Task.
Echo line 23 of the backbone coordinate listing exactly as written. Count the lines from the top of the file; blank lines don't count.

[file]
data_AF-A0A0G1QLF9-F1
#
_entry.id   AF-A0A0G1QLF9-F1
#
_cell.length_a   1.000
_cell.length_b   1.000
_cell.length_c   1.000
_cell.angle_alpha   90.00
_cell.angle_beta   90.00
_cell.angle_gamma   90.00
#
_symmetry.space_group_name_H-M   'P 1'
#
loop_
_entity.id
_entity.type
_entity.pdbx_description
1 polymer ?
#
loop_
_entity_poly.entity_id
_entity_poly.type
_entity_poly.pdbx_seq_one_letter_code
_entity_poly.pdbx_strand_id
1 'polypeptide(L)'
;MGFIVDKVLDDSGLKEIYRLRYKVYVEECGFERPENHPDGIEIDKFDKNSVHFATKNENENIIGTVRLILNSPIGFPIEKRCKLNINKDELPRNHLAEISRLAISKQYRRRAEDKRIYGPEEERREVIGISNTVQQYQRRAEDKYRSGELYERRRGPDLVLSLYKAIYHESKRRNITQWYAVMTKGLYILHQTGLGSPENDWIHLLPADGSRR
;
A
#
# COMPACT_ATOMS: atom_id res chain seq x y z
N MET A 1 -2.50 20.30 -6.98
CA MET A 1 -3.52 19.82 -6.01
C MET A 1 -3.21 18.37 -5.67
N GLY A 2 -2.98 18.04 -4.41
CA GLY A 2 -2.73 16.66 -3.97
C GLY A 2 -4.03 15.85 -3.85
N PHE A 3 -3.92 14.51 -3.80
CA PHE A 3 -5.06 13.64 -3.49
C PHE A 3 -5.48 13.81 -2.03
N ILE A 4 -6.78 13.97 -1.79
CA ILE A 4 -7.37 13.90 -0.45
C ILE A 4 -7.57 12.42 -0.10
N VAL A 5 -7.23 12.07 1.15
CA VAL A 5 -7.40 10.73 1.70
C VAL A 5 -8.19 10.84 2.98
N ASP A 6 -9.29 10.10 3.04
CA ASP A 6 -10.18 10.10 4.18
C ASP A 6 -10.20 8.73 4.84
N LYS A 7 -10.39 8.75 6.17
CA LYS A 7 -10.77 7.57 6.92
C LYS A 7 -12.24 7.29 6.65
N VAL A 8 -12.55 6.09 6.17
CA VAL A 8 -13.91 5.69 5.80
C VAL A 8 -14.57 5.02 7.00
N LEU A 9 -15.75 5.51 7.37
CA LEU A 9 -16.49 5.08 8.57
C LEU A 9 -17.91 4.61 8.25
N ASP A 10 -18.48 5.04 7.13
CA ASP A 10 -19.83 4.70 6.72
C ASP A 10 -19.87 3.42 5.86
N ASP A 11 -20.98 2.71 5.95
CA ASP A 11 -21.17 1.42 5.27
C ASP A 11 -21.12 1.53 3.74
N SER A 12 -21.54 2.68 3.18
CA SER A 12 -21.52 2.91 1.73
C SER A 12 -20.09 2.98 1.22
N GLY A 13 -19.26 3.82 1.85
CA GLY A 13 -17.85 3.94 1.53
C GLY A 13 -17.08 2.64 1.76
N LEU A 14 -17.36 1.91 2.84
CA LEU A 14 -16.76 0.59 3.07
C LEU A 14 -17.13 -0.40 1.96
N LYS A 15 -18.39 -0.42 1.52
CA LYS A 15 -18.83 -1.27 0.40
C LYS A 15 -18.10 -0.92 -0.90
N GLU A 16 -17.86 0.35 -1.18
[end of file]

_entity_poly.pdbx_seq_one_letter_code